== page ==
Why invest in unlisted assets now? 

Mulquiney explained that a lot of money has chased a limited amount of unlisted infrastructure deals. This has caused the valuation relationship to flip, with these assets now trading at a premium to public markets. 

Look feels there is still value in having a healthy allocation to unlisted real assets, particularly given current market volatility. She also believes there is still a lot of capital ready to be deployed into unlisted infrastructure.

“Unlisted infrastructure has strong inflation linkages and underlying growth drivers. The mid-risk nature of these investments and strong potential cash yields are particularly beneficial in this environment.”

However, despite the defensive characteristics of these assets, Look explained that it is prudent to constantly stress-test portfolios to help maintain resilience through various market cycles. The key is to maintain a diversified portfolio.

Emery suggested that given the challenges that traditional asset classes face, the approach of starting with a 60/40 portfolio (split 60% equities and 40% bonds), then gradually adding alternatives might not be optimal.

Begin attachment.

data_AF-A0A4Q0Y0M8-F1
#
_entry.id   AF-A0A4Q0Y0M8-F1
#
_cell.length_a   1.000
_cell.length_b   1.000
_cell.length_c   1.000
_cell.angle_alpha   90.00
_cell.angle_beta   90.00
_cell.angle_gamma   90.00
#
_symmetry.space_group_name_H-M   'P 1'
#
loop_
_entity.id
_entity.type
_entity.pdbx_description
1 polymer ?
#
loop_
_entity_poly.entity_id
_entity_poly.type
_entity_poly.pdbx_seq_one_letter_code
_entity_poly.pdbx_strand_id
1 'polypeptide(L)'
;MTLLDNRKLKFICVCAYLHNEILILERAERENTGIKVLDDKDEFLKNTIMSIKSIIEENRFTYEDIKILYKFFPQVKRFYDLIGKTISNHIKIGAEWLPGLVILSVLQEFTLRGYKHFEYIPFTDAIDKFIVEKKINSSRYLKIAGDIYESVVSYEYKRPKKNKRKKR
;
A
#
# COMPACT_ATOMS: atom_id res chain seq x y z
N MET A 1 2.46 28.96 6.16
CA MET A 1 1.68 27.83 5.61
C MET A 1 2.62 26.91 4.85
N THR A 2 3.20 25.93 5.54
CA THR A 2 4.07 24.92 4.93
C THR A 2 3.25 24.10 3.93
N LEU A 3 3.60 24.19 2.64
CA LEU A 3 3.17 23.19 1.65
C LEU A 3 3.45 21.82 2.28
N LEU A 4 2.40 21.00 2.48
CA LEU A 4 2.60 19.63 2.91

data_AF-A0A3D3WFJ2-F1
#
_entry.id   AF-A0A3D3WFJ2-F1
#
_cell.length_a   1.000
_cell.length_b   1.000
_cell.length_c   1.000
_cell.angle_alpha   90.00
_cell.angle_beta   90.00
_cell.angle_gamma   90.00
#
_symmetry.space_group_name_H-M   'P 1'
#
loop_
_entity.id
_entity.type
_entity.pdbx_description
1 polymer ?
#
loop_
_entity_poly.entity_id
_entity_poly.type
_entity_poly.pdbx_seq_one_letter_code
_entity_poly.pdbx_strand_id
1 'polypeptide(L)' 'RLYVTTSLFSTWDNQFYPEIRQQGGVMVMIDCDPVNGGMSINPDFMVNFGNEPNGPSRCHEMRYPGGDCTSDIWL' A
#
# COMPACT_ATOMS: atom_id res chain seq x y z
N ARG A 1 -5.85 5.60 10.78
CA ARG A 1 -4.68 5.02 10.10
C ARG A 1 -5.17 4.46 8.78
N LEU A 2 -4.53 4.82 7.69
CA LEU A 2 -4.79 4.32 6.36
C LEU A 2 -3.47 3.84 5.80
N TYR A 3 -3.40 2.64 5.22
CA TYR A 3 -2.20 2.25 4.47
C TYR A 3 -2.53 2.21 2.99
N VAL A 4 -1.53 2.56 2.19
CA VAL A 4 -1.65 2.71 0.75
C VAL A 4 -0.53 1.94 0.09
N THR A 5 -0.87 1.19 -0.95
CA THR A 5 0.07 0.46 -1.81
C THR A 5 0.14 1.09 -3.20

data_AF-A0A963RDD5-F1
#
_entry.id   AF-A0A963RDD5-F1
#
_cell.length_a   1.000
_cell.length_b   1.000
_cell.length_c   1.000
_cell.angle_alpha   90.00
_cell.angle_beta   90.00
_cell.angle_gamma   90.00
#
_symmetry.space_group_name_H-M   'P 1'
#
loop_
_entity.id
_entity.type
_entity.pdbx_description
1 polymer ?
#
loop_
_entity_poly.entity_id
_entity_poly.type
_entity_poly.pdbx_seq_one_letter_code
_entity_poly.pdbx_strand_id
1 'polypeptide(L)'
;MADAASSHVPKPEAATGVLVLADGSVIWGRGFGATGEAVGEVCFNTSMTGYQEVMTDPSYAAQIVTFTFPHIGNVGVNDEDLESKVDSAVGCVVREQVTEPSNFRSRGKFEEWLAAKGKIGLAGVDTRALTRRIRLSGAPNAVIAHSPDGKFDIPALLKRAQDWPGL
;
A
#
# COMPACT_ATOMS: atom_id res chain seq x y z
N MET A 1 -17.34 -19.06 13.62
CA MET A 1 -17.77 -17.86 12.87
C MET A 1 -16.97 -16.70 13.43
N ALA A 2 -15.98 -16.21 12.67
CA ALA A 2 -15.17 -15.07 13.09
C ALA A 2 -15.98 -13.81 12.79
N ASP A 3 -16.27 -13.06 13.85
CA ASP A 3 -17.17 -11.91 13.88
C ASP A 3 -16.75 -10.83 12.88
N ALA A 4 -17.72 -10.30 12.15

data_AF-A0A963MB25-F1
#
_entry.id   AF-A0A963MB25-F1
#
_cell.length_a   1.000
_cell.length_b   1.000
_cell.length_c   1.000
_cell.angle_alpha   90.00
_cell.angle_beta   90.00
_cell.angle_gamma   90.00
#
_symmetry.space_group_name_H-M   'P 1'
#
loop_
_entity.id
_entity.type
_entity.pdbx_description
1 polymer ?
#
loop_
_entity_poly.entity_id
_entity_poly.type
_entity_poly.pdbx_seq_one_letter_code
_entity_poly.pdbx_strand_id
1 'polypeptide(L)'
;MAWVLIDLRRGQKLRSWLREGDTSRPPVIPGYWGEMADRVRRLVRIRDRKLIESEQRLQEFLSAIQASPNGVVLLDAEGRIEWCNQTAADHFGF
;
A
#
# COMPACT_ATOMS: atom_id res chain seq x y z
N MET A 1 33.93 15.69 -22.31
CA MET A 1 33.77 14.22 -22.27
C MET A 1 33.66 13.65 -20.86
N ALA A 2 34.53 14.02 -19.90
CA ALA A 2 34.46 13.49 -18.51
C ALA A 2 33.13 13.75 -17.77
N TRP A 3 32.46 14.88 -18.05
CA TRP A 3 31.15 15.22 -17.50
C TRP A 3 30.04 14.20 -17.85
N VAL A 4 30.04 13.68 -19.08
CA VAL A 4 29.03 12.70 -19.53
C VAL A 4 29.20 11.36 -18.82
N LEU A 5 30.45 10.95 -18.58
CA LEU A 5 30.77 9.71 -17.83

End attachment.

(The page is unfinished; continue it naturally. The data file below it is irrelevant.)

“Perhaps 60/40 is now just an anchor and not the core capability. Alternatives are now extremely important. The challenges in traditional asset classes compel investors to adjust their thinking.” 

Which assets provide the best inflation protection?

Although unlisted infrastructure is known for its strong inflation linkages, Look explained that its ability to provide inflation protection does vary across sectors.

The sectors that tend to provide the greatest protection against inflation are regulated utilities (which have inflation protection via the regulatory regime), toll roads (where toll prices are contractually linked to the consumer price index) and public private partnerships (which provide concession payments from government, which are indexed to inflation). 

Port assets are less explicitly linked to inflation, but they are generally able to pass on rising costs through port charges, as these represent a small proportion of the total value of goods being transported. 

While the performance of airport assets are linked to GDP, they are less able to immediately pass on rising costs to the consumer. However, airports are generally diversified businesses, and the property and commercial businesses within airports are more responsive to inflation. Moreover, an increase in air passenger numbers provides a significant growth cushion from the negative impact of inflation.

The LGT Crestone view: The return outlook for alternatives looks more attractive, given a meaningful recalibration in broad valuations and long-term interest rate expectations. We favour hedge funds and real assets, with deployed private equity least preferred.